The distributors’ main concern is to meet consumer requirements, in a context where new diets (flexitarian, vegetarian, etc.) are becoming increasingly present and quality demands for consumed produce are now higher than ever. For the Carrefour group, committing to animal welfare is a must. During the AW workshop on 26 March, Séverine Fontaine, the Director of Food Quality, presented the group’s animal welfare requirements that can hopefully help change practices. Carrefour thus collaborates with local NGOs to elaborate specifications and formalise animal welfare within farming sectors.
The specifications and certification audits are then adapted to sector evolutions and customer requests, by zooming in on new challenges such as animal welfare. As explained by Alexandre Charrier, a project manager at Bureau Veritas, control bodies provide external guarantees. In-field audits offer clear and appropriate visions of the situation. New connected tools and their resulting data come as a bonus to this physical assessment - allowing for sustainable follow-up.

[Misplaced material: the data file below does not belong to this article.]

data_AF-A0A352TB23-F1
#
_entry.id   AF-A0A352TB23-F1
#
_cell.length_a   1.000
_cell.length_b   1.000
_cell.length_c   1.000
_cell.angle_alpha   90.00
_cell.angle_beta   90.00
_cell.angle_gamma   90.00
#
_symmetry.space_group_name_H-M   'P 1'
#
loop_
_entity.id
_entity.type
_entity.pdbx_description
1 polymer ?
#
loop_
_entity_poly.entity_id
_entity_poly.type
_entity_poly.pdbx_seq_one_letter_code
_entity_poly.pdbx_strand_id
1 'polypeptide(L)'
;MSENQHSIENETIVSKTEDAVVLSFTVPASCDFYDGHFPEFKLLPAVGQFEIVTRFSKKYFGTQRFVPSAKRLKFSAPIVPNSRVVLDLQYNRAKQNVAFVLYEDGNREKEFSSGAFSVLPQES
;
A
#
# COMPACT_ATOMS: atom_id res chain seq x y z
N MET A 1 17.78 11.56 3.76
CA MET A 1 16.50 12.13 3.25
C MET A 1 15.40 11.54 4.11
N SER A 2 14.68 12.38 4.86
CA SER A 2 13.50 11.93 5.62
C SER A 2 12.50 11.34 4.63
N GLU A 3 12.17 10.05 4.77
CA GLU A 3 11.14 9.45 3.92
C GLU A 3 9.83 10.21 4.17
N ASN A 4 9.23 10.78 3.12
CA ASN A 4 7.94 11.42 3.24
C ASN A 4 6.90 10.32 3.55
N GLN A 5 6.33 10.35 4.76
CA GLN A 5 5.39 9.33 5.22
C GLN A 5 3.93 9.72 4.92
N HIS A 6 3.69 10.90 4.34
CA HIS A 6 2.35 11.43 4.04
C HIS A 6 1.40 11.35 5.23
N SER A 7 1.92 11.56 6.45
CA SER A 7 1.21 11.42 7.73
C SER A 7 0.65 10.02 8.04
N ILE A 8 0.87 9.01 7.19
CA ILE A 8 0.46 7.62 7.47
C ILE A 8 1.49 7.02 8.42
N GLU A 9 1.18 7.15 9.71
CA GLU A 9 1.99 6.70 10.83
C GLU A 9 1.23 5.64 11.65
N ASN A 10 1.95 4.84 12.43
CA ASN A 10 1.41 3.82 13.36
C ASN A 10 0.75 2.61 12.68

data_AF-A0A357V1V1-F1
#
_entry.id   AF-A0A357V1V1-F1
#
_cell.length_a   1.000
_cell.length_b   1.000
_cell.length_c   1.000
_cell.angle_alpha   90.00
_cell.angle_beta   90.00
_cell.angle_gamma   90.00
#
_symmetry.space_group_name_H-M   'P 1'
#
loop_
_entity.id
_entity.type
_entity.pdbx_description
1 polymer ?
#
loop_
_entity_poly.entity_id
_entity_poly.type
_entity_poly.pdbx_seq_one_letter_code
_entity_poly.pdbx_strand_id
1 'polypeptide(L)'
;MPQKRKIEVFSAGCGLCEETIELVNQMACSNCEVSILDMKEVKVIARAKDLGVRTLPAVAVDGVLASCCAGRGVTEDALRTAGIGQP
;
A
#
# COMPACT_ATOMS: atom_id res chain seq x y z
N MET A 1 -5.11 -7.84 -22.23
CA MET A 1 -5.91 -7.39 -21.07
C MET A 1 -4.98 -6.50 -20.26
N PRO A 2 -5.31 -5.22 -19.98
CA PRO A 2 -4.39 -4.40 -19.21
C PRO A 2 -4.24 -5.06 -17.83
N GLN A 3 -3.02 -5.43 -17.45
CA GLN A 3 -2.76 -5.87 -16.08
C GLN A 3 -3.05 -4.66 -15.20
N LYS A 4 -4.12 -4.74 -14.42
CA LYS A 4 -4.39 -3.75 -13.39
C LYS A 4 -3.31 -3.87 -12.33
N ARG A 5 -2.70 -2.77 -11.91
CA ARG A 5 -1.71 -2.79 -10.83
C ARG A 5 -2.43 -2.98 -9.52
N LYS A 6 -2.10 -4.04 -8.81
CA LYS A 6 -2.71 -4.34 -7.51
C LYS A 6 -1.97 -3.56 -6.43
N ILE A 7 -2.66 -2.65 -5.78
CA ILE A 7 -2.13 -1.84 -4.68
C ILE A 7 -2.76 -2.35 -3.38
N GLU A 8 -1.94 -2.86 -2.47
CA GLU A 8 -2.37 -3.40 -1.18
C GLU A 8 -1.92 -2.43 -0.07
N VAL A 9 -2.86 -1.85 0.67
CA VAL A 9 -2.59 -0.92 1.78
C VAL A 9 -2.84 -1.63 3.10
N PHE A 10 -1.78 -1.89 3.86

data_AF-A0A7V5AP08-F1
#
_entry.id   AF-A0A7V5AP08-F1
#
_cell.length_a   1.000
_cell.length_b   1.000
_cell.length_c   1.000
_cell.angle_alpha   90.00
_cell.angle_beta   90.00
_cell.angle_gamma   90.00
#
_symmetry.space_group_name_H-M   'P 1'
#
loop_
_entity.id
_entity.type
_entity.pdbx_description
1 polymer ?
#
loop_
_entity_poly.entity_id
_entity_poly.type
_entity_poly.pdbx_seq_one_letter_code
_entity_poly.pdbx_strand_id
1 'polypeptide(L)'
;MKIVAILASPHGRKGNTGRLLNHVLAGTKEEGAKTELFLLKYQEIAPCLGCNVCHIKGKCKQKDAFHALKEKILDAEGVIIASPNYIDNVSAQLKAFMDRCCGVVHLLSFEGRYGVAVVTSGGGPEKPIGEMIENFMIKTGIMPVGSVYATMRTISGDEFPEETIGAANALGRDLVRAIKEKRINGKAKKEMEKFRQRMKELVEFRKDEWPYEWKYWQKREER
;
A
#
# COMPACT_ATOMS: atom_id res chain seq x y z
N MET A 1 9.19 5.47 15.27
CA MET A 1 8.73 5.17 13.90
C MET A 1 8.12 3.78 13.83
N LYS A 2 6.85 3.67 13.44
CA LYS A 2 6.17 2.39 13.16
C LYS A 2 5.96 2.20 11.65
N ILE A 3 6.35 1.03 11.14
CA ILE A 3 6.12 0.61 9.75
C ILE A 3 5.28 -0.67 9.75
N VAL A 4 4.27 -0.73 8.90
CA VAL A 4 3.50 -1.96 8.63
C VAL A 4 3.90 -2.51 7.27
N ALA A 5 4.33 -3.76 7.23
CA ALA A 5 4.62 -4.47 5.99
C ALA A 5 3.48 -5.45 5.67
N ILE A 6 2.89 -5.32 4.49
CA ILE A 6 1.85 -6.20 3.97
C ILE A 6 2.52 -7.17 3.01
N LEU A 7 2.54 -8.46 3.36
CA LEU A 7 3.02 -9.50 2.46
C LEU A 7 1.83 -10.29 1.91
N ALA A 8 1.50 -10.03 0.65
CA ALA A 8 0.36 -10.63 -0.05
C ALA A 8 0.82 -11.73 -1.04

Applifarm: providing a solution for aggregating and securing data
According to the various speakers who took to the stand during the workshop on 26 March and to the sector’s stakeholders, a lot of different data can quantify animal welfare indicators. Applifarm, the leading livestock farming data sharing, valuation and traceability platform, has developed a new version of its platform dedicated to animal welfare.